Use of a catalytic model to estimate hepatitis A incidence in a low-endemicity country: implications for modeling immunization policies.
ABSTRACT Evaluating the cost-effectiveness of vaccine programs with dynamic modeling requires accurate estimates of incidence over time. Because infectious diseases are often underreported, supplementary data and statistical analyses are required to estimate true incidence. This study estimates the true incidence of hepatitis A virus (HAV) infection in Canada using a catalytic model.
A catalytic model was used to reconcile HAV seroprevalence data with the corresponding true cumulative risk of infection estimated from incidence data.
The average annual reported incidence was 6.2 cases per 100,000 from 1980 to 1989 and 7.7/100,000 from 1990 to 1999, indicating that Canada is a low-incidence country. The seroprevalence in Canadian-born individuals (n = 7 studies) was approximately 1%-8% in ages <20, 1%-11% in ages 20-29, 7%-29% in ages 30-39, and higher in older age groups. Between 1980 and 1995, the catalytic model estimated an average annual incidence of 60/100,000 (95% confidence interval, 33-524); approximately 7.73 (4.21-67.33) times the average annual reported incidence of 7.78/100,000. For a typical birth cohort of 403 434 Canadians born in 1990, the model predicted 32 750 HAV cases by age 39, with a corresponding seroprevalence of approximately 8.12% by the year 2029.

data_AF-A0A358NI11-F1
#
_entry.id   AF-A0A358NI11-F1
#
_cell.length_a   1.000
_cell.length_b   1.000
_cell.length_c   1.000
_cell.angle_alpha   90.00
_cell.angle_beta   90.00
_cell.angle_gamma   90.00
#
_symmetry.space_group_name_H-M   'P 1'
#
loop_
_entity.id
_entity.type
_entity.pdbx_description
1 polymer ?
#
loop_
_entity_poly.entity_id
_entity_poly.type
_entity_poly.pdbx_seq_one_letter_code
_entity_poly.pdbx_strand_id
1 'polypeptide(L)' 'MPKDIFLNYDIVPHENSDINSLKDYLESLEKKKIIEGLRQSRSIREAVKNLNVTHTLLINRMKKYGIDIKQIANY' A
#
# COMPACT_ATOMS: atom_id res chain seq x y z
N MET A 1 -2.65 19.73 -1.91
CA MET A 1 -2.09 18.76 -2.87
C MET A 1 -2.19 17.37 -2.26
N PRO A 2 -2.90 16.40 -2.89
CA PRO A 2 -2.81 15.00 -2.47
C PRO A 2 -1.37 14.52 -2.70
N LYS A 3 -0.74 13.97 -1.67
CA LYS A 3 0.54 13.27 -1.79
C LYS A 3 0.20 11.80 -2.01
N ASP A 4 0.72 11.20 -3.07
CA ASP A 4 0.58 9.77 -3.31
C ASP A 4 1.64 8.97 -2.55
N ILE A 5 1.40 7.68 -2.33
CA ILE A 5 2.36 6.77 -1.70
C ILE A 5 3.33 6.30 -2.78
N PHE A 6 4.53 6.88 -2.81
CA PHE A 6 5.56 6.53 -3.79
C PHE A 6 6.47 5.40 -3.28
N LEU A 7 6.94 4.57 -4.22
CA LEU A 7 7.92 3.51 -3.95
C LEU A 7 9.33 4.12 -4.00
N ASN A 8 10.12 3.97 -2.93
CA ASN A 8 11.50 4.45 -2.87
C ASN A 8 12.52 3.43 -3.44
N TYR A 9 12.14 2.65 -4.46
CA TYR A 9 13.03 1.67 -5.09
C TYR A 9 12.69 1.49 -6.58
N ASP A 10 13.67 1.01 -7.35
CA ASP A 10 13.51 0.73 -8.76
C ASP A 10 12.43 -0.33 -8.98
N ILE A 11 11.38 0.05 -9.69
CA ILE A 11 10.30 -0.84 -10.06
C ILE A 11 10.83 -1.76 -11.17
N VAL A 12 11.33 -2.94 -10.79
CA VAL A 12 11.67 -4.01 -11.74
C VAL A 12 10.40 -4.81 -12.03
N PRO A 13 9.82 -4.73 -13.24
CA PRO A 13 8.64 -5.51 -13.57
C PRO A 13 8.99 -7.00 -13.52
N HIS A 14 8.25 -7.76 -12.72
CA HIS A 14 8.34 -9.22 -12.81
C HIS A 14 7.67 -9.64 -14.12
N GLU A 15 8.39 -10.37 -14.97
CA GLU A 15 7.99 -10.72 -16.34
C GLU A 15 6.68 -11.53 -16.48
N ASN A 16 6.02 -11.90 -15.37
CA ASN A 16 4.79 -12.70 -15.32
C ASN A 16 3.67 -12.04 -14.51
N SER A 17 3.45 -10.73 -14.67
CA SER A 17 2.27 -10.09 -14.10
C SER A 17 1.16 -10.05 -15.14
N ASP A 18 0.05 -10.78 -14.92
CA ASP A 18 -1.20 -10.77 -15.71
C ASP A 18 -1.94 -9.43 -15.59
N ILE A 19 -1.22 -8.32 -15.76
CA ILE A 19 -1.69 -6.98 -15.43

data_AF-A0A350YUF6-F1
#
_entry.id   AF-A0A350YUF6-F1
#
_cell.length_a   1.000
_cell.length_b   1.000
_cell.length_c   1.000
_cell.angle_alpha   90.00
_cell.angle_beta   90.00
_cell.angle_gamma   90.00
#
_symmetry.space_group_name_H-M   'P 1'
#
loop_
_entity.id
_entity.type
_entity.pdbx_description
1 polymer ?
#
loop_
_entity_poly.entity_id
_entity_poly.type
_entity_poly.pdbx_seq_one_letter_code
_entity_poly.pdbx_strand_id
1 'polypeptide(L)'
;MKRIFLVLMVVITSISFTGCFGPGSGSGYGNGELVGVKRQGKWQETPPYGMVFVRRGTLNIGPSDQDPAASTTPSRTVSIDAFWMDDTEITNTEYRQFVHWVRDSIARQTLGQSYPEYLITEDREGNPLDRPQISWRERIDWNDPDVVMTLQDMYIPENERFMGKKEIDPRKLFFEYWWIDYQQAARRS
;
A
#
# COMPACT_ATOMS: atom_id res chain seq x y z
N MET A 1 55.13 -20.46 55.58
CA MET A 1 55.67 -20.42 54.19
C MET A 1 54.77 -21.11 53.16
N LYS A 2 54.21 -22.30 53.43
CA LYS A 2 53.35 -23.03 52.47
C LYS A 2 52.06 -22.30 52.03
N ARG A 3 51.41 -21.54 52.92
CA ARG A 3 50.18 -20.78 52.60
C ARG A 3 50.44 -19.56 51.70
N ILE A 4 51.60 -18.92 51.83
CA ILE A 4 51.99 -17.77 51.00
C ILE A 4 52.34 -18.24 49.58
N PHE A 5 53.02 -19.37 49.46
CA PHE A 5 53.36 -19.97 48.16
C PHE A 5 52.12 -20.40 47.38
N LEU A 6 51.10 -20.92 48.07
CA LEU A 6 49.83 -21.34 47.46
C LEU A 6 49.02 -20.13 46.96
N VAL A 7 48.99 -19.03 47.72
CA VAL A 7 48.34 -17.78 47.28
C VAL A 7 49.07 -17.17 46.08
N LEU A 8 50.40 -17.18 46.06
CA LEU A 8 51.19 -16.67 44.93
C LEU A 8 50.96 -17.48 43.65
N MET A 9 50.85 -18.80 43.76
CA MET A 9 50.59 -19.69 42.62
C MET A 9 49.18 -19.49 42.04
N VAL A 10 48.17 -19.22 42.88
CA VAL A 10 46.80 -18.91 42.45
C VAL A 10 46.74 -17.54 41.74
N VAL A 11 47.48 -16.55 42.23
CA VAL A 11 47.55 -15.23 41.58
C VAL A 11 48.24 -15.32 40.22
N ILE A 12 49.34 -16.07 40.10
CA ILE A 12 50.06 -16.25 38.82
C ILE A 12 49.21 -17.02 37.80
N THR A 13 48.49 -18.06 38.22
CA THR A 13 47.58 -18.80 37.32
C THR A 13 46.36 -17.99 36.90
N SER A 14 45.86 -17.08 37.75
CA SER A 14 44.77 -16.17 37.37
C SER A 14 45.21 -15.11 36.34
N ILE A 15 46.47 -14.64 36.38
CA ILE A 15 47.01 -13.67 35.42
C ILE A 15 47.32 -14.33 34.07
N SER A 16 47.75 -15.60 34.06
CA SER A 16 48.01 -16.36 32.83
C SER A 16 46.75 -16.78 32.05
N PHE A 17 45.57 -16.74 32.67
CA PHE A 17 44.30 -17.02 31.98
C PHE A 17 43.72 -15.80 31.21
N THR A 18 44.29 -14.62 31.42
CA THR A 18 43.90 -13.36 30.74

Reliable estimates of true incidence of infectious disease are required for cost-effectiveness analysis of infectious disease programs. Catalytic models enable the synthesis of dispersed data, quantification of data limitations, and reconciliation of these limitations to estimate true incidence for economic evaluations.